Insurance Automation – Changing Culture

A political science professor that I had described how difficult it was for communist countries to convert to capitalism. He proposed that the longer the country was under communist rule, the harder and longer it was to change to capitalism; for every year a country was under communist rule, it would be at least as many years to convert to capitalism.

Obviously there are many reasons why this has a basis in fact, but the take away for the insurance industry is that embracing technology and automation from the current very manual/traditional way of doing things requires changing a culture. This is a culture that does not like change. Unfortunately for many, they won’t be able to make it in time. It is no longer a “directs or banks” vs. independent broker distribution battle. It is the now unknowns, like Google, in the US and likely Canada soon.

This is happening because there is a lot of opportunity for non-traditional insurance entities that aren’t bogged down with significant legacy issues . One cannot assume that the answer to competition lies only in the acquisition of new technology. Even small changes are resisted by a culture that has not had to change. Too many times I have heard the argument against implementing change as “because that is not the way it is done”.

The new entrants do not have the same limitation of breaking through embedded culture. They simply see this as an opporunity and I am very sure that we’ll see how things are currently done become quite obsolete much sooner than many in the industry would expect. It is both exciting, but also very frightening. While the Canadian Insurance Industry has had some success in lobbying to keep banks from gaining certain competitive advantages, they won’t be able to do anything about a new entrant, like Google.

In fact, given the deep rooted culture of banks, they should not be the greatest worry. Some have already given up. However, an aggressive new entrant with money, a culture of embracing change and challenging status quo is going to be a far more formidable foe than a bank.

How will existing insurers; direct or broker based and independent brokers compete? Obviously, I think it is going to be harder than anyone expects. However, I think the challenge will be to understand that current culture is going to have to change and the sooner the better (the first point in this article is that cultural change is extremely difficult to implement). Some suggestions to compete:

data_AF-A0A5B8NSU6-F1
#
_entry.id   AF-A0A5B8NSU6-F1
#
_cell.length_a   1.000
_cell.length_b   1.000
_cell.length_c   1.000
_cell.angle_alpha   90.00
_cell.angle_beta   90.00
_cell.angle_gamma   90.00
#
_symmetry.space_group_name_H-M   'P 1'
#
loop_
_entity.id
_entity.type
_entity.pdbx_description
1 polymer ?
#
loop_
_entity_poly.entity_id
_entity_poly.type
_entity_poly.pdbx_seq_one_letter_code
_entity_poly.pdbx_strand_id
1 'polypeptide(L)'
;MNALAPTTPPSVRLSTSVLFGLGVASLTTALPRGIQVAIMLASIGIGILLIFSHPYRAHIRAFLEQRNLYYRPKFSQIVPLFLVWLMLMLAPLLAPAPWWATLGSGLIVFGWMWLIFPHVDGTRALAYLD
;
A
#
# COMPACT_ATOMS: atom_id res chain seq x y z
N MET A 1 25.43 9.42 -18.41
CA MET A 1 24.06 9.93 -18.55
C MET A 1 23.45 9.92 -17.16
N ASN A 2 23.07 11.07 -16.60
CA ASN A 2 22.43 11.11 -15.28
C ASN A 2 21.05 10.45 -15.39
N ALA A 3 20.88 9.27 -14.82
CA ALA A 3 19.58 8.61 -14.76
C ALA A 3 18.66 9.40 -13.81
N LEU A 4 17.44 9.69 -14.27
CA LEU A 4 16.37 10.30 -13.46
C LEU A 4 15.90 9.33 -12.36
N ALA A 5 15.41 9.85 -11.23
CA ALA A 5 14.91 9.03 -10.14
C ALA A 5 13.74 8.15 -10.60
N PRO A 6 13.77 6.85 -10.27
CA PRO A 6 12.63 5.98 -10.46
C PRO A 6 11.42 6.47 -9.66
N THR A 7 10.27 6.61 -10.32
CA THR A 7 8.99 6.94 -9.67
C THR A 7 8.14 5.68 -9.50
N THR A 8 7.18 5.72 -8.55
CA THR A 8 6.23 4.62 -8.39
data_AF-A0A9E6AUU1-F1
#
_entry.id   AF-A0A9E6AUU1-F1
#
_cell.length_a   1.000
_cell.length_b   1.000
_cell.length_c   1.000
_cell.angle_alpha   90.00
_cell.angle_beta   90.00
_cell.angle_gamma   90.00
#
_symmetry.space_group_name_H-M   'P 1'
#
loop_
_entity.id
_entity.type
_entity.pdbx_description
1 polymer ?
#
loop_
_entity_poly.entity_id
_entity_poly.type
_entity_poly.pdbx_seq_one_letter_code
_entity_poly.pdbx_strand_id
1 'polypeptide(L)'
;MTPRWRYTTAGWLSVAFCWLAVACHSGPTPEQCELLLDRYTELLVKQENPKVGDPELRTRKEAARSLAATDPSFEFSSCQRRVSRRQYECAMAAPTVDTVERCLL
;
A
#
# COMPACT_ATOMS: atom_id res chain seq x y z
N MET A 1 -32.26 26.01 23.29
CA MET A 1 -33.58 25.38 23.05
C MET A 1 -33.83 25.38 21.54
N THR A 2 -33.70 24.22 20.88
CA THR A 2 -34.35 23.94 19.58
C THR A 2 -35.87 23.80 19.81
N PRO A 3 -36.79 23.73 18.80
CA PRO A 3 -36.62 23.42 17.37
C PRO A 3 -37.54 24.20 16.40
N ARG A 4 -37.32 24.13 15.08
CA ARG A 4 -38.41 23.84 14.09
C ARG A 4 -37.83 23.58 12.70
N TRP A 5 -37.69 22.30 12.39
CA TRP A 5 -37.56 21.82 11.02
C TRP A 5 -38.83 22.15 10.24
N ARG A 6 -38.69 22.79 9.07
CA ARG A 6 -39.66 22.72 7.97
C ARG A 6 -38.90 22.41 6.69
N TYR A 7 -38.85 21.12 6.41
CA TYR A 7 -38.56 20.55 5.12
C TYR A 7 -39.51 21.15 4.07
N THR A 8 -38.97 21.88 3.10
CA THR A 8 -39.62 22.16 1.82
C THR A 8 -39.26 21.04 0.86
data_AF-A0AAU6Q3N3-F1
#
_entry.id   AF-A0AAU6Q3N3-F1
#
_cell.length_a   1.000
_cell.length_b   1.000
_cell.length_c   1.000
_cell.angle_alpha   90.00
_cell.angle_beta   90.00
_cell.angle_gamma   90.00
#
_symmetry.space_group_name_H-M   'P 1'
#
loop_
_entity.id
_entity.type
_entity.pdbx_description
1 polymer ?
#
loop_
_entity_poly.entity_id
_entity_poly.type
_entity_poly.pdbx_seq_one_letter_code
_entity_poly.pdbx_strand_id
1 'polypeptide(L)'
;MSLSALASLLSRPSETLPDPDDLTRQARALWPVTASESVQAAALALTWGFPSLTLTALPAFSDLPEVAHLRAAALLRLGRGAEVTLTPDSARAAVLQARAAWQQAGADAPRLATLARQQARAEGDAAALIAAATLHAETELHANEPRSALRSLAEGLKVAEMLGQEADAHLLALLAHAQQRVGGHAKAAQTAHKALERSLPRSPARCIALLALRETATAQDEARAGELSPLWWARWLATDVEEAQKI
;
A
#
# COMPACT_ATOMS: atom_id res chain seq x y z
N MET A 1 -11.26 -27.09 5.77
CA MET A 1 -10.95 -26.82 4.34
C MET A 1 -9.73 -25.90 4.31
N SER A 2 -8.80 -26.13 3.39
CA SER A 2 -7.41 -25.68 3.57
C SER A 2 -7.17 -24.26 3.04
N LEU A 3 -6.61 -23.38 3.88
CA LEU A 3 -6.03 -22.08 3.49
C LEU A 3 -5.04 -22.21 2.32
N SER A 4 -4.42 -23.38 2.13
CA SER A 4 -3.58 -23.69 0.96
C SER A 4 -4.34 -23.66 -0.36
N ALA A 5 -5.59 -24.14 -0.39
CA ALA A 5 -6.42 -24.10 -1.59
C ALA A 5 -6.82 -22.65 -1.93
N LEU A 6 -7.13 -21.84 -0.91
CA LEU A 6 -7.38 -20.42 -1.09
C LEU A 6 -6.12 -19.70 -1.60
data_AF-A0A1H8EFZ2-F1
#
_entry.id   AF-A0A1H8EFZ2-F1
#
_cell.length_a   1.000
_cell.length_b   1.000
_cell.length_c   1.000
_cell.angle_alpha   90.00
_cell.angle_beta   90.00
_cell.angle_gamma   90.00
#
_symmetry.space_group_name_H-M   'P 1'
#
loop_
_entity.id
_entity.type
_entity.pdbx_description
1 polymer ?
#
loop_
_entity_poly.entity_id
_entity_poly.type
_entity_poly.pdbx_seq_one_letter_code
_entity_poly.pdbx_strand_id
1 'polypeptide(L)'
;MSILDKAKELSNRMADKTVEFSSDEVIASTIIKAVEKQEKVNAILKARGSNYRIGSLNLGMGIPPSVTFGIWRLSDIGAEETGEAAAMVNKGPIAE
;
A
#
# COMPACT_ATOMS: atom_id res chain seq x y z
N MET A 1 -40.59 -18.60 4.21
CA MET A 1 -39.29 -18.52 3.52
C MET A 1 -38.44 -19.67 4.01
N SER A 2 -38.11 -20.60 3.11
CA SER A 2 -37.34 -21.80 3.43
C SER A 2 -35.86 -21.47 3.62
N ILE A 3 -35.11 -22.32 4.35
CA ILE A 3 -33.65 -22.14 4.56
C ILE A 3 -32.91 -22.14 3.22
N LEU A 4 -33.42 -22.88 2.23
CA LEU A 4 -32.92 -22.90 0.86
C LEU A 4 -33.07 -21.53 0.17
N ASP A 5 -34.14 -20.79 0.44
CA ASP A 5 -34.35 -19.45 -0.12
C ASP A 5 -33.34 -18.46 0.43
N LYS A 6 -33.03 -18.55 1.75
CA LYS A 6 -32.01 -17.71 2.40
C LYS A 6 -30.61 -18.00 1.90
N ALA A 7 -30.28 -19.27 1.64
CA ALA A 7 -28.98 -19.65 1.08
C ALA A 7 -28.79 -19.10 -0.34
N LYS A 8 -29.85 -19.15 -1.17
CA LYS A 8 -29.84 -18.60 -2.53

1. Be aware of current advantages held by incumbents: current relationships with customers. Absolutely concentrate on building closer relationships and not creating any need for your current customers to seek alternatives.
  2. Ask yourself “do we encourage new thinking?” and “do we challenge ourselves to seek better ways to improve our current work flows and improve our customer relationships?”. The culture required to compete has to ask the hard questions. Take a look around and see if you can identify some very significant cultural changes that have occurred in your organization in the last 10 years.
  3. Understand that change will likely not come from incumbent personnel. It has to be championed from the top and will likely require a substantial investment in new personnel that may be younger, more educated and technologically savvy.

Too much emphasis is being placed on new technologies that will have varying affects on the insurance industry; telematics, big data, Internet of Things and even driverless cars! Time to focus on what will affect the insurance industry; changing culture to adapt to everything else that is happening. The sooner it starts the better.